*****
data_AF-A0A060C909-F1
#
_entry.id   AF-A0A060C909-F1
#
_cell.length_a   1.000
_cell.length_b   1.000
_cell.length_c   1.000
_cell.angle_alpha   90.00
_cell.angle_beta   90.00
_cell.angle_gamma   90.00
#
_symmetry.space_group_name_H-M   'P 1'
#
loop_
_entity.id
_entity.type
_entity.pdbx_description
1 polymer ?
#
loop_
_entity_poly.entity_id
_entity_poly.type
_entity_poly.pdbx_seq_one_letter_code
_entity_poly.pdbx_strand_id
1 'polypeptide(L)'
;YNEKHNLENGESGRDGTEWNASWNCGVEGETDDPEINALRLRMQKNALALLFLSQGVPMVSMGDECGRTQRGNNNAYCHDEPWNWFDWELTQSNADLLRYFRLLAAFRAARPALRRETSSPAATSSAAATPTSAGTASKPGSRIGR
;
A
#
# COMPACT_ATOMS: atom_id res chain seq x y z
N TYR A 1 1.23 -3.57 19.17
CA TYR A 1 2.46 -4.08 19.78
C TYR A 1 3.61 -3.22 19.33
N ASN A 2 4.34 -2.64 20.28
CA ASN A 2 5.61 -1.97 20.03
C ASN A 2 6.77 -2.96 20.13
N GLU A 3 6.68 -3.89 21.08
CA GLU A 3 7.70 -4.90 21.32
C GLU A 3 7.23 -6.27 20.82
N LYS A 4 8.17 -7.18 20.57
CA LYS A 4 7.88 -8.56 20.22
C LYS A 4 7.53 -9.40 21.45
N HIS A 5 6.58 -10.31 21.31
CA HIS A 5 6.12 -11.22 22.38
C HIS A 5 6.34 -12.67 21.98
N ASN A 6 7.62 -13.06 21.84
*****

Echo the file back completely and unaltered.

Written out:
data_AF-A0A060C909-F1
#
_entry.id   AF-A0A060C909-F1
#
_cell.length_a   1.000
_cell.length_b   1.000
_cell.length_c   1.000
_cell.angle_alpha   90.00
_cell.angle_beta   90.00
_cell.angle_gamma   90.00
#
_symmetry.space_group_name_H-M   'P 1'
#
loop_
_entity.id
_entity.type
_entity.pdbx_description
1 polymer ?
#
loop_
_entity_poly.entity_id
_entity_poly.type
_entity_poly.pdbx_seq_one_letter_code
_entity_poly.pdbx_strand_id
1 'polypeptide(L)'
;YNEKHNLENGESGRDGTEWNASWNCGVEGETDDPEINALRLRMQKNALALLFLSQGVPMVSMGDECGRTQRGNNNAYCHDEPWNWFDWELTQSNADLLRYFRLLAAFRAARPALRRETSSPAATSSAAATPTSAGTASKPGSRIGR
;
A
#
# COMPACT_ATOMS: atom_id res chain seq x y z
N TYR A 1 1.23 -3.57 19.17
CA TYR A 1 2.46 -4.08 19.78
C TYR A 1 3.61 -3.22 19.33
N ASN A 2 4.34 -2.64 20.28
CA ASN A 2 5.61 -1.97 20.03
C ASN A 2 6.77 -2.96 20.13
N GLU A 3 6.68 -3.89 21.08
CA GLU A 3 7.70 -4.90 21.32
C GLU A 3 7.23 -6.27 20.82
N LYS A 4 8.17 -7.18 20.57
CA LYS A 4 7.88 -8.56 20.22
C LYS A 4 7.53 -9.40 21.45
N HIS A 5 6.58 -10.31 21.31
CA HIS A 5 6.12 -11.22 22.38
C HIS A 5 6.34 -12.67 21.98
N ASN A 6 7.62 -13.06 21.84